As an ex-RN at face value I find this a bit terrifying, though I'd like to know more about the service before I make a final judgment. For most conditions nothing replaces a physical examination by a physician or appropriately qualified nurse practitioner when prescribing medical care and not just at the initial consultation.

 

Also given the complexity of medical science, I question the ability of most people to make an informed risk analysis when deciding whether or not to purchase a medical service based on price. All that is likely to happen is that the person will skimp on a treatment, only to get much sicker and end up in hospital down the track at a much greater cost. This is bourn out in the US with many with chronic diseases being unable to pay for treatment, only to end up in hospital where they legally can't be turned away if they don't have insurance and where the Federal Government ends up picking up the bill. It would be more efficient to socialise primary medicine to maximise the chance of preventing them from getting acutely ill in the first place, but to maintain a privatised secondary and tertiary medicine sector with provision to automatically take repayment for services rendered through the taxation system.


 
I don't know about this example but I cannot imagine, given the need for defensive medicine, any service doing what you argue they ought not to do here. The service could become lawyer bait if it handed out precriptions without benefit of having the results of an exam.
 
I agree about going purely by price when shopping for healthcare. It should be the best service at the lowest cost.
 
About being under treated, that sounds a lot like what I've heard about HMOs. That's why I wouldn't have one.
 
But I think what the author is trying to show is that government involvement in healthcare is preventing quality improvements which would be possible in a free market context and which would result in better treatment at less cost (hence the above cosmetic surgery example). That, after all, what total quality management is all about I believe.
 
And a discussion about government and avoiding unnecessary healthcare costs gets close to a pet peave I have. We have to wear seat belts by law because insurance companies argued that the costs of injuries of non-wearers are shared by everyone. Well if that's true, then we need to outlaw homosexuality on the same basis. Homosexuality is self destructive and therefore results in unnecessary healthcare costs which are inflicted not just on other homosexuals but on everyone. Talk about inconsistency!

 
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Aussiegunneragain       4/26/2009 2:30:53 AM
But I think what the author is trying to show is that government involvement in healthcare is preventing quality improvements which would be possible in a free market context and which would result in better treatment at less cost (hence the above cosmetic surgery example). That, after all, what total quality management is all about I believe.
 
From what I have read and studied on health economics (which is reasonably extensive) no doubt that the free market leads to a greater degree of innovation than socialised medicine, which is why so much innovation in healthcare comes out of the US. Whether it will generally do so at a lower cost is another matter. The healthcare market it riddled with market failures such as principal/agent problems (such as defensive medicine which you mention) and monopolistic behaviour by providers. These cost pressures are reflected by the much higher percent of GDP that the US spends on healthcare than places with socialised medicine and that reflects a lot of inefficiency due to market failures rather than just reflecting demand.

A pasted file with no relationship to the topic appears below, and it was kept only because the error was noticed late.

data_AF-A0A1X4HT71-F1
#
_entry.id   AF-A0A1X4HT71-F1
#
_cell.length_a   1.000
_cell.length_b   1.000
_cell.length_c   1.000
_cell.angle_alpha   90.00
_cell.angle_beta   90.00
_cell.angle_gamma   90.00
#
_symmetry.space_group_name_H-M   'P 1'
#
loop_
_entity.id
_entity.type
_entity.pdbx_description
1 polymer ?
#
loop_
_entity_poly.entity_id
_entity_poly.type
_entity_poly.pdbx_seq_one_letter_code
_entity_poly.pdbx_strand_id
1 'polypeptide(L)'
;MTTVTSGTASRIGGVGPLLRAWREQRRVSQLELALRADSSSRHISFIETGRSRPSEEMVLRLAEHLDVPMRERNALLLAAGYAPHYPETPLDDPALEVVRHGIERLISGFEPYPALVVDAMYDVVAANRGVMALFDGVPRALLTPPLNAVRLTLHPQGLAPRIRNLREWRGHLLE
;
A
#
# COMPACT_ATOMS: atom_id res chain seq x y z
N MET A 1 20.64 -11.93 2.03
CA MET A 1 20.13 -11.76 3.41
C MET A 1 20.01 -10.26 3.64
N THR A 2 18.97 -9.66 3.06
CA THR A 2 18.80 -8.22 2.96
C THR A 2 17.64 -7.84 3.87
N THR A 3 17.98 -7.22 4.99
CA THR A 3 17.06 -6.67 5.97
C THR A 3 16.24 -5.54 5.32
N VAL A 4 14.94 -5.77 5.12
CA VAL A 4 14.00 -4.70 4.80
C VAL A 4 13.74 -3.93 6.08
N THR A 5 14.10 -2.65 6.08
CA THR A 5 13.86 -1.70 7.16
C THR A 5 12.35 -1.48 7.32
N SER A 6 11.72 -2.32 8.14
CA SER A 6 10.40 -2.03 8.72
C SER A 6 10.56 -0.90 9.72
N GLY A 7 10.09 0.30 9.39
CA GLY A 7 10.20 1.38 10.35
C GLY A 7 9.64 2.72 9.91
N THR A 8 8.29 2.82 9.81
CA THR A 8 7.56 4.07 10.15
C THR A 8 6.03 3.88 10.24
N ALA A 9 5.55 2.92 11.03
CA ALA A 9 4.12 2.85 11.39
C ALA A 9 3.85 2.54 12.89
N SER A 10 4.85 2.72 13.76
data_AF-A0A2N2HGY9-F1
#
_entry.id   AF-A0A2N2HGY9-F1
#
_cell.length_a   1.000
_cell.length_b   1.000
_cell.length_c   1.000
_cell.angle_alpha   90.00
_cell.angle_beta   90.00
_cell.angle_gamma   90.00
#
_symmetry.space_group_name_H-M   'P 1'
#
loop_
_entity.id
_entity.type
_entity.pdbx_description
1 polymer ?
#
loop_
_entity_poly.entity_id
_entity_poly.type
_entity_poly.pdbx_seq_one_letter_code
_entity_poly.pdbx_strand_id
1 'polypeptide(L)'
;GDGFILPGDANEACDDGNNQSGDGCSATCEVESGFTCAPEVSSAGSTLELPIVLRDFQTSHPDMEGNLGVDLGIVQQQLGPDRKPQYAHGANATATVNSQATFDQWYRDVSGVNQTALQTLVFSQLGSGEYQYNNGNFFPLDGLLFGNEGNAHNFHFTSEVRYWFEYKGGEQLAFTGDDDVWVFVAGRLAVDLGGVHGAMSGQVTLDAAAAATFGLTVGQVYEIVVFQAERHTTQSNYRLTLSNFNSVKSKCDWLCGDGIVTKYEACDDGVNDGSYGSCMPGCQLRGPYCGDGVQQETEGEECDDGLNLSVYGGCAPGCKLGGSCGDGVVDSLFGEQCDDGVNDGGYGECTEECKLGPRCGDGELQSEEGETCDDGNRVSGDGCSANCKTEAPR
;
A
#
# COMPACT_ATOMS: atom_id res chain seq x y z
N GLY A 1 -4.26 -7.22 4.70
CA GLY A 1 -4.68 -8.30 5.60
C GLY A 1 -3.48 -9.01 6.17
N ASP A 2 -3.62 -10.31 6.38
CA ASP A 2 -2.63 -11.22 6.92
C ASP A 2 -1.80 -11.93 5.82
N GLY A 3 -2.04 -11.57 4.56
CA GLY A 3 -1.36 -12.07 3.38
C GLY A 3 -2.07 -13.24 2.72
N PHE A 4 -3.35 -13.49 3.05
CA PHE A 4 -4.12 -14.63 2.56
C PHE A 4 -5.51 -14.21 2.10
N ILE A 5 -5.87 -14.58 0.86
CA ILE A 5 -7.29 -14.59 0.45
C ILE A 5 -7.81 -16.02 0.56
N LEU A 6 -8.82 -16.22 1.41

The other problem with an entirely free market in healthcare is that a signficant proportion of people can't afford the care that they need. We can legitimately debate whether or not that is everybody elses problem, but the reality is that those people vote (as do those who believe there is a moral obligation to ensure everybody can get healthcare. Therefore they will always be able to insist that the Government provide them with a degree of assurance that they will be treated when they need to be. They do that already in the US and your Government's spend about the same percent of GDP on healthcare as Australia and the UK but private citizens or their employers have to spend much more over and above that in order to have decent healthcare. For all that you still get worse health outcomes than other developed nations. My theory is that you guys spend to much time arguing about whether or not governments should be involved in healthcare, when you should really just accept that the political reality that they will be and get on with making the government funded proportion of the system working as well as it can. I believe that by focussing government spending on primary healthcare you should be able to do this, while maintaining the high degree of quality and innovation that comes out of a predominantly private secondary and tertiary sector.
 
And a discussion about government and avoiding unnecessary healthcare costs gets close to a pet peave I have. We have to wear seat belts by law because insurance companies argued that the costs of injuries of non-wearers are shared by everyone. Well if that's true, then we need to outlaw homosexuality on the same basis. Homosexuality is self destructive and therefore results in unnecessary healthcare costs which are inflicted not just on other homosexuals but on everyone. Talk about inconsistency!
 
I agree on the seatbelt issue. As far as I am concerned if an adult doesn't wear a seatbelt an they are injured or killed then that is their problem. The insurance companies should just make it clear that they won't be covering non-wearers and let people make their own decision.